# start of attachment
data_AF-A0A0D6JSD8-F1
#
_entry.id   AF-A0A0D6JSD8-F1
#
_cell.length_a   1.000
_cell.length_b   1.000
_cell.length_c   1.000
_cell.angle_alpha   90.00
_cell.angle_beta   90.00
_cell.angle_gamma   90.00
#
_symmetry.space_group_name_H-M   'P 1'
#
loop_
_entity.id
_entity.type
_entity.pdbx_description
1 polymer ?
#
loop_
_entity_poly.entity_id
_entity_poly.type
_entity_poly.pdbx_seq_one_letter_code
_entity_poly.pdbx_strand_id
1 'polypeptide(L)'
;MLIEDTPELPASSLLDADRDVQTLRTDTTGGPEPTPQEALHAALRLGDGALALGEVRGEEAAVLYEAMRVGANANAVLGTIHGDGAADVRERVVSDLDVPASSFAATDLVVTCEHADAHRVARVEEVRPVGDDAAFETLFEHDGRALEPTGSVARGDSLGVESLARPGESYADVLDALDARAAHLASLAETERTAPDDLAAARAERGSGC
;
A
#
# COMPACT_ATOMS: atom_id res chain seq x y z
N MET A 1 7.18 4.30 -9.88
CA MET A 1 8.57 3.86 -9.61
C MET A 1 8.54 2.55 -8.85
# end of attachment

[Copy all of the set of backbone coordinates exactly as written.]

data_AF-A0A0D6JSD8-F1
#
_entry.id   AF-A0A0D6JSD8-F1
#
_cell.length_a   1.000
_cell.length_b   1.000
_cell.length_c   1.000
_cell.angle_alpha   90.00
_cell.angle_beta   90.00
_cell.angle_gamma   90.00
#
_symmetry.space_group_name_H-M   'P 1'
#
loop_
_entity.id
_entity.type
_entity.pdbx_description
1 polymer ?
#
loop_
_entity_poly.entity_id
_entity_poly.type
_entity_poly.pdbx_seq_one_letter_code
_entity_poly.pdbx_strand_id
1 'polypeptide(L)'
;MLIEDTPELPASSLLDADRDVQTLRTDTTGGPEPTPQEALHAALRLGDGALALGEVRGEEAAVLYEAMRVGANANAVLGTIHGDGAADVRERVVSDLDVPASSFAATDLVVTCEHADAHRVARVEEVRPVGDDAAFETLFEHDGRALEPTGSVARGDSLGVESLARPGESYADVLDALDARAAHLASLAETERTAPDDLAAARAERGSGC
;
A
#
# COMPACT_ATOMS: atom_id res chain seq x y z
N MET A 1 7.18 4.30 -9.88
CA MET A 1 8.57 3.86 -9.61
C MET A 1 8.54 2.55 -8.85